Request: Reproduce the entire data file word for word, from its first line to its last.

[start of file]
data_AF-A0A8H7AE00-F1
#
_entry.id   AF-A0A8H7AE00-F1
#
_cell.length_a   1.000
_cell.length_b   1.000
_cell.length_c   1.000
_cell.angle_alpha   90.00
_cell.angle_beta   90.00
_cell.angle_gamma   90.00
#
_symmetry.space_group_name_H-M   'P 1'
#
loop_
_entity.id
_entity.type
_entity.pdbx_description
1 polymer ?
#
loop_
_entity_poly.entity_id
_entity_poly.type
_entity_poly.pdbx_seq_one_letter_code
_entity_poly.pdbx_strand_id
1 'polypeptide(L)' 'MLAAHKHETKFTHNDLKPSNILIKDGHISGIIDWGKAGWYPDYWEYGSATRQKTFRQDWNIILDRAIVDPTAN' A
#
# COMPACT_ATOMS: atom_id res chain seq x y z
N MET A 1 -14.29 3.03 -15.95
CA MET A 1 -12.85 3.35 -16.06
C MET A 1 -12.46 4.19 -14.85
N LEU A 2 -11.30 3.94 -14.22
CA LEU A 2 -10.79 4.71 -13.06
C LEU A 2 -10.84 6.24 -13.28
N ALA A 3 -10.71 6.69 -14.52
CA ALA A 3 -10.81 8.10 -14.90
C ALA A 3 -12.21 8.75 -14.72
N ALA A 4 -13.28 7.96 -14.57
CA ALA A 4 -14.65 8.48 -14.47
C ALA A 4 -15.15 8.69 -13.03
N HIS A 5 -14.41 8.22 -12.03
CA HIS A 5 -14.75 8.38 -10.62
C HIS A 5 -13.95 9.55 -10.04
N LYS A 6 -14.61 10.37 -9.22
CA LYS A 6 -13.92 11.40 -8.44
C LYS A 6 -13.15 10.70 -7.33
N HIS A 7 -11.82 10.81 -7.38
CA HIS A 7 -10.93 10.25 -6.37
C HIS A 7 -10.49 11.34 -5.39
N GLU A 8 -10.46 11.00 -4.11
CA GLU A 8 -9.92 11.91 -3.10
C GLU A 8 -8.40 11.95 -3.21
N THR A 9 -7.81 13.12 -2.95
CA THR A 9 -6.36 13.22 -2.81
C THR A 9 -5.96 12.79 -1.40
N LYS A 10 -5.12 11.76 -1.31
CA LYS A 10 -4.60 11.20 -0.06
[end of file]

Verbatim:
data_AF-A0A8H7AE00-F1
#
_entry.id   AF-A0A8H7AE00-F1
#
_cell.length_a   1.000
_cell.length_b   1.000
_cell.length_c   1.000
_cell.angle_alpha   90.00
_cell.angle_beta   90.00
_cell.angle_gamma   90.00
#
_symmetry.space_group_name_H-M   'P 1'
#
loop_
_entity.id
_entity.type
_entity.pdbx_description
1 polymer ?
#
loop_
_entity_poly.entity_id
_entity_poly.type
_entity_poly.pdbx_seq_one_letter_code
_entity_poly.pdbx_strand_id
1 'polypeptide(L)' 'MLAAHKHETKFTHNDLKPSNILIKDGHISGIIDWGKAGWYPDYWEYGSATRQKTFRQDWNIILDRAIVDPTAN' A
#
# COMPACT_ATOMS: atom_id res chain seq x y z
N MET A 1 -14.29 3.03 -15.95
CA MET A 1 -12.85 3.35 -16.06
C MET A 1 -12.46 4.19 -14.85
N LEU A 2 -11.30 3.94 -14.22
CA LEU A 2 -10.79 4.71 -13.06
C LEU A 2 -10.84 6.24 -13.28
N ALA A 3 -10.71 6.69 -14.52
CA ALA A 3 -10.81 8.10 -14.90
C ALA A 3 -12.21 8.75 -14.72
N ALA A 4 -13.28 7.96 -14.57
CA ALA A 4 -14.65 8.48 -14.47
C ALA A 4 -15.15 8.69 -13.03
N HIS A 5 -14.41 8.22 -12.03
CA HIS A 5 -14.75 8.38 -10.62
C HIS A 5 -13.95 9.55 -10.04
N LYS A 6 -14.61 10.37 -9.22
CA LYS A 6 -13.92 11.40 -8.44
C LYS A 6 -13.15 10.70 -7.33
N HIS A 7 -11.82 10.81 -7.38
CA HIS A 7 -10.93 10.25 -6.37
C HIS A 7 -10.49 11.34 -5.39
N GLU A 8 -10.46 11.00 -4.11
CA GLU A 8 -9.92 11.91 -3.10
C GLU A 8 -8.40 11.95 -3.21
N THR A 9 -7.81 13.12 -2.95
CA THR A 9 -6.36 13.22 -2.81
C THR A 9 -5.96 12.79 -1.40
N LYS A 10 -5.12 11.76 -1.31
CA LYS A 10 -4.60 11.20 -0.06